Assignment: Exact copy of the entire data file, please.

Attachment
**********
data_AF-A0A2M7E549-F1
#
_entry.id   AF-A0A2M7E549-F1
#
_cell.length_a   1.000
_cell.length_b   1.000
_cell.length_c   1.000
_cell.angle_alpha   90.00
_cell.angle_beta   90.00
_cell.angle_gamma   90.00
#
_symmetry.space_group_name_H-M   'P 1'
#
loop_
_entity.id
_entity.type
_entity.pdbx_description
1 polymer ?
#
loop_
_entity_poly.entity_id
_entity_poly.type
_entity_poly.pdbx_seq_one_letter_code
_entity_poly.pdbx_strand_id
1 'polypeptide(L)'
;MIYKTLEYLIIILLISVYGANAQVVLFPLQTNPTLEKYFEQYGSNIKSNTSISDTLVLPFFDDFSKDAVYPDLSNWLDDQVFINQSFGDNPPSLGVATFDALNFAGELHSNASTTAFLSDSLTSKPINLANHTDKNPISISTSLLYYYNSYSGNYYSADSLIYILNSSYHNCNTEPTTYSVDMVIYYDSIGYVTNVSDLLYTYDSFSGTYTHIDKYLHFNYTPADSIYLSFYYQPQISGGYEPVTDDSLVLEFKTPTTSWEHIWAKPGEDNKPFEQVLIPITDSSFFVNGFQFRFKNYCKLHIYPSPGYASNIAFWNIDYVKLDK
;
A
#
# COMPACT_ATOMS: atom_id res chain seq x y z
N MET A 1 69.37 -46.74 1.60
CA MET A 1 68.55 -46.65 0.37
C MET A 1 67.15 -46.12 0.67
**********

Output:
data_AF-A0A2M7E549-F1
#
_entry.id   AF-A0A2M7E549-F1
#
_cell.length_a   1.000
_cell.length_b   1.000
_cell.length_c   1.000
_cell.angle_alpha   90.00
_cell.angle_beta   90.00
_cell.angle_gamma   90.00
#
_symmetry.space_group_name_H-M   'P 1'
#
loop_
_entity.id
_entity.type
_entity.pdbx_description
1 polymer ?
#
loop_
_entity_poly.entity_id
_entity_poly.type
_entity_poly.pdbx_seq_one_letter_code
_entity_poly.pdbx_strand_id
1 'polypeptide(L)'
;MIYKTLEYLIIILLISVYGANAQVVLFPLQTNPTLEKYFEQYGSNIKSNTSISDTLVLPFFDDFSKDAVYPDLSNWLDDQVFINQSFGDNPPSLGVATFDALNFAGELHSNASTTAFLSDSLTSKPINLANHTDKNPISISTSLLYYYNSYSGNYYSADSLIYILNSSYHNCNTEPTTYSVDMVIYYDSIGYVTNVSDLLYTYDSFSGTYTHIDKYLHFNYTPADSIYLSFYYQPQISGGYEPVTDDSLVLEFKTPTTSWEHIWAKPGEDNKPFEQVLIPITDSSFFVNGFQFRFKNYCKLHIYPSPGYASNIAFWNIDYVKLDK
;
A
#
# COMPACT_ATOMS: atom_id res chain seq x y z
N MET A 1 69.37 -46.74 1.60
CA MET A 1 68.55 -46.65 0.37
C MET A 1 67.15 -46.12 0.67